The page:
Clinton advisor stresses need for innovation and technology in politics
    Photo by Clayton Gentry / North by Northwestern

    Alec Ross invented his own title, Senior Advisor for Innovation, when Secretary of State Hillary Clinton hired him to lead “a little innovation cell” inside her department.  He’d just finished developing the digital strategies of Sen. Barack Obama’s successful 2008 presidential campaign, so the title marked an improvement from what they called him around Clinton’s office – “the Obama guy.”

    Tuesday night, Ross told a University Hall classroom full of College Democrats that networks are replacing hierarchies in almost every country on Earth – in political campaigns, media companies and grassroots startups alike.  With this shift, Ross said, young people must understand social media in ways their predecessors never will.

    “I need one of those Internet people,” Ross said Clinton told him before she gave him the job in her department.

    While working for Clinton, Ross said he used networking strategies to reduce cartel violence in northern Mexico by empowering everyday citizens to speak up.  People had avoided reporting violence for fear that the cartels would assault them, but Ross and his team developed an encrypted text messaging service that citizens could use to anonymously report violence to police.  He raised over $40 million in two weeks for Haiti earthquake relief by inventing a system whereby people could donate ten dollars by texting “Haiti” to a short number.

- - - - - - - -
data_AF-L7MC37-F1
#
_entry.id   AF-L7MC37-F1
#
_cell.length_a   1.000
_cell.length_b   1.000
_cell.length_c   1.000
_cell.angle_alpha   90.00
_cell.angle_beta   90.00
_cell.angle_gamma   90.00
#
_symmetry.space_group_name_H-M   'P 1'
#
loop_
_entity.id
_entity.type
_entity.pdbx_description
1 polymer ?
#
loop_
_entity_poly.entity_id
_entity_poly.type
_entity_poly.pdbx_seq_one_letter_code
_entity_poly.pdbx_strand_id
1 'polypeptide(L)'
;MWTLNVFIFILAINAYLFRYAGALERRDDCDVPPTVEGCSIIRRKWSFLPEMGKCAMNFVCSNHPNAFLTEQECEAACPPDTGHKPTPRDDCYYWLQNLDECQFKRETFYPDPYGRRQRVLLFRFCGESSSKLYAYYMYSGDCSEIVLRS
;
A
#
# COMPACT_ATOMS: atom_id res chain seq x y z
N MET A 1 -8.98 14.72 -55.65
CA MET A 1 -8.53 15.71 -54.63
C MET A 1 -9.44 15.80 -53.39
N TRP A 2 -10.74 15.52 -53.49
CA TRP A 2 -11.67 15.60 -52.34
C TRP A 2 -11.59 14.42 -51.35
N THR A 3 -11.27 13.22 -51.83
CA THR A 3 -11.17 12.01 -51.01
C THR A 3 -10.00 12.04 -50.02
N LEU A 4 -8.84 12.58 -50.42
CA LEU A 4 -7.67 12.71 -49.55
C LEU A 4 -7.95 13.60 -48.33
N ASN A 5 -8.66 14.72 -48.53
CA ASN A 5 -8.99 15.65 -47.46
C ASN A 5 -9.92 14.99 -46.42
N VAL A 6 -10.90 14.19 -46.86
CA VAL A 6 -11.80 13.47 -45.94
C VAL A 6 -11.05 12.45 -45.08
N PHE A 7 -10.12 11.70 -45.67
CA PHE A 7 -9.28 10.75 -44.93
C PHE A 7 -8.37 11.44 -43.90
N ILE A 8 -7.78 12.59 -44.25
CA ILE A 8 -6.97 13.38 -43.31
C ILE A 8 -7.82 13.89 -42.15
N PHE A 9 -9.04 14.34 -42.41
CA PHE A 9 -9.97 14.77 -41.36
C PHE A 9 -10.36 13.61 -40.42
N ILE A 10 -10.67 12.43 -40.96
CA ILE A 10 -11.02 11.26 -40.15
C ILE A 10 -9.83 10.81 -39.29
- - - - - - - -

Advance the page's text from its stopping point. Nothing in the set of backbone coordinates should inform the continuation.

“$40 million dollars in $10 increments – zero cost to the taxpayer, $19 cost to me,” Ross said. “Had to put the short code on a credit card.”

    With the rise of these networks, he said, people have influence today that would’ve previously required backing from more powerful agencies.

    “The NSA so overreached because they were trying to exert control in a world that is inherently less controlled,” Ross said.  “The 21st century is a terrible time to be a control freak.”

    He concluded his speech with three pieces of advice.

    “There are no self-made men or women,” Ross said.  “You’ve got to assiduously cultivate a network of mentors.”

    He said people new to the world of politics need work ethic, intelligence and political competence, but their most important asset would be a collection of people watching out for them.  He also encouraged men to be wary of purely masculine leadership styles.

    “Be conscious of the gender bias that is so baked into our workforce,” he said.  Ross’s team was majority female, and he said rather than dictate their professional temperaments, he wanted to allow the “culture of Hillary’s office” to infuse his office. 

    “Don’t fear failure,” he said.  He also quoted Theodore Roosevelt, who said, “Far better is it to dare mighty things, to win glorious triumphs, even though checkered by failure... than to rank with those poor spirits who neither enjoy nor suffer much, because they live in a gray twilight that knows not victory nor defeat.”

    Ross told the students to innovate with “a spirit of audacity.”  And he offered a piece of advice Clinton had given him.

    “Alec, if you aren’t taking incoming fire, you’re bombing the wrong targets.”


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